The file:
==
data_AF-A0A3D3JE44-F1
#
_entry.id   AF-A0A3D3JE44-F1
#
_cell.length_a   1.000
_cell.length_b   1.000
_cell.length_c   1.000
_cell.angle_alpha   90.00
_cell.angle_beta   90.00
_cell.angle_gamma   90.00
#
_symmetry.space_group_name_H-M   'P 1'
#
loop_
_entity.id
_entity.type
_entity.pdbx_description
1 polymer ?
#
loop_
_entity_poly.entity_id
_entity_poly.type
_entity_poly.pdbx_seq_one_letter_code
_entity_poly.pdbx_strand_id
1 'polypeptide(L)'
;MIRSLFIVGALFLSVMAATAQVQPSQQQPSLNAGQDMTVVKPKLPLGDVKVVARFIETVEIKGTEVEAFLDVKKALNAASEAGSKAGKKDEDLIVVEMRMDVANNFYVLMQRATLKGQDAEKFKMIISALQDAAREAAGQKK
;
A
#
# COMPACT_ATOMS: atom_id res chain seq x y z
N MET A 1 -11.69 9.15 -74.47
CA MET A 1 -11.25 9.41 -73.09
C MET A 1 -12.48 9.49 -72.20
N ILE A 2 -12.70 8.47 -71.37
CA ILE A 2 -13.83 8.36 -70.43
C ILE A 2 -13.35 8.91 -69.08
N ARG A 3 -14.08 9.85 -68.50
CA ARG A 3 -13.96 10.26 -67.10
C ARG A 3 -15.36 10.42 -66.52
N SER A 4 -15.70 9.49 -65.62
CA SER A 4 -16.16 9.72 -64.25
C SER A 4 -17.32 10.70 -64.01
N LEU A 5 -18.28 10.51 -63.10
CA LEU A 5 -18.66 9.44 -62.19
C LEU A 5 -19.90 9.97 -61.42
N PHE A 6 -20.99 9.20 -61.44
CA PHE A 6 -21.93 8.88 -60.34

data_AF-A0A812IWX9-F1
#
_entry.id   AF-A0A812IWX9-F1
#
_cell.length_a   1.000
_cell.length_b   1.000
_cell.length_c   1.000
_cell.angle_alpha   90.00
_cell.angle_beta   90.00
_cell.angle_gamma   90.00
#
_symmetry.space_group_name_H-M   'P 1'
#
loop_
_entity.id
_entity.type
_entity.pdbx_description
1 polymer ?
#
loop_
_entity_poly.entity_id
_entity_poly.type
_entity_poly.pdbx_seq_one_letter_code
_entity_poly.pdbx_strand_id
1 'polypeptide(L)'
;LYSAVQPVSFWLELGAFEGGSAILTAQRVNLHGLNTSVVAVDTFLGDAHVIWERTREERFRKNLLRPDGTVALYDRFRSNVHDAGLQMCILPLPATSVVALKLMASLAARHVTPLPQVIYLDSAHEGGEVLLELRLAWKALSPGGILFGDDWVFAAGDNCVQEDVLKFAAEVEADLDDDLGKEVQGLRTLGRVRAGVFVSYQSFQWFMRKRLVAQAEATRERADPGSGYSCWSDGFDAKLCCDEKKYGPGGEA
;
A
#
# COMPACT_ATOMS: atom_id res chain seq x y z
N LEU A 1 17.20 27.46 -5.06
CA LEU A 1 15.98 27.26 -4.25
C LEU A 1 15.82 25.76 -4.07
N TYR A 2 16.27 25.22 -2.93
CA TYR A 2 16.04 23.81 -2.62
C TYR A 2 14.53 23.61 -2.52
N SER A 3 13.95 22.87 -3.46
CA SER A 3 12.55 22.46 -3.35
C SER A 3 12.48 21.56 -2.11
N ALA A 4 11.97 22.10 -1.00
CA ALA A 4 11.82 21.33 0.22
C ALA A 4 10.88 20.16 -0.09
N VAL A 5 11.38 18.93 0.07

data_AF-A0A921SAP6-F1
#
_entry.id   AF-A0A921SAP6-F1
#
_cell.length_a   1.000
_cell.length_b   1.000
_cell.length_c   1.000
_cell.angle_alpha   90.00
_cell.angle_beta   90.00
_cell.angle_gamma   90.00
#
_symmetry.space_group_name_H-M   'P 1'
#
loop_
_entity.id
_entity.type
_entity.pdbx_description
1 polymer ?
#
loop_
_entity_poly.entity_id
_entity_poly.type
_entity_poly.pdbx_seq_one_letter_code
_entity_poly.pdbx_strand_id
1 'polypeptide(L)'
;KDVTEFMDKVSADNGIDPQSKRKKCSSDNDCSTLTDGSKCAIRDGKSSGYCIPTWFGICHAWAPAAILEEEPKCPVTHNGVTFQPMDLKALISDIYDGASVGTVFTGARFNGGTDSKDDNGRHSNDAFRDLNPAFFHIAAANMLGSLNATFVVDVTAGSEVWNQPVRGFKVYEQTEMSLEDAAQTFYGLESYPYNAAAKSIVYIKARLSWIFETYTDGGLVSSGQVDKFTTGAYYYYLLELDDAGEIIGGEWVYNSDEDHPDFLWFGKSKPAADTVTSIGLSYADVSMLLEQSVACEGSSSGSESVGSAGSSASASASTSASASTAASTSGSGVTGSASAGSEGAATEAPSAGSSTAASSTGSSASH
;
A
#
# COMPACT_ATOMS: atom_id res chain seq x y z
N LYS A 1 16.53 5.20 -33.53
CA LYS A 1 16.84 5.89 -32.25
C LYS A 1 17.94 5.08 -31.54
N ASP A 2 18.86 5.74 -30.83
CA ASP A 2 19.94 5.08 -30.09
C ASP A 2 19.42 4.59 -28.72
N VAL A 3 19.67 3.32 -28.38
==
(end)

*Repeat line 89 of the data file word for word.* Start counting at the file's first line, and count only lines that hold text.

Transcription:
C ALA A 4 10.88 20.16 -0.09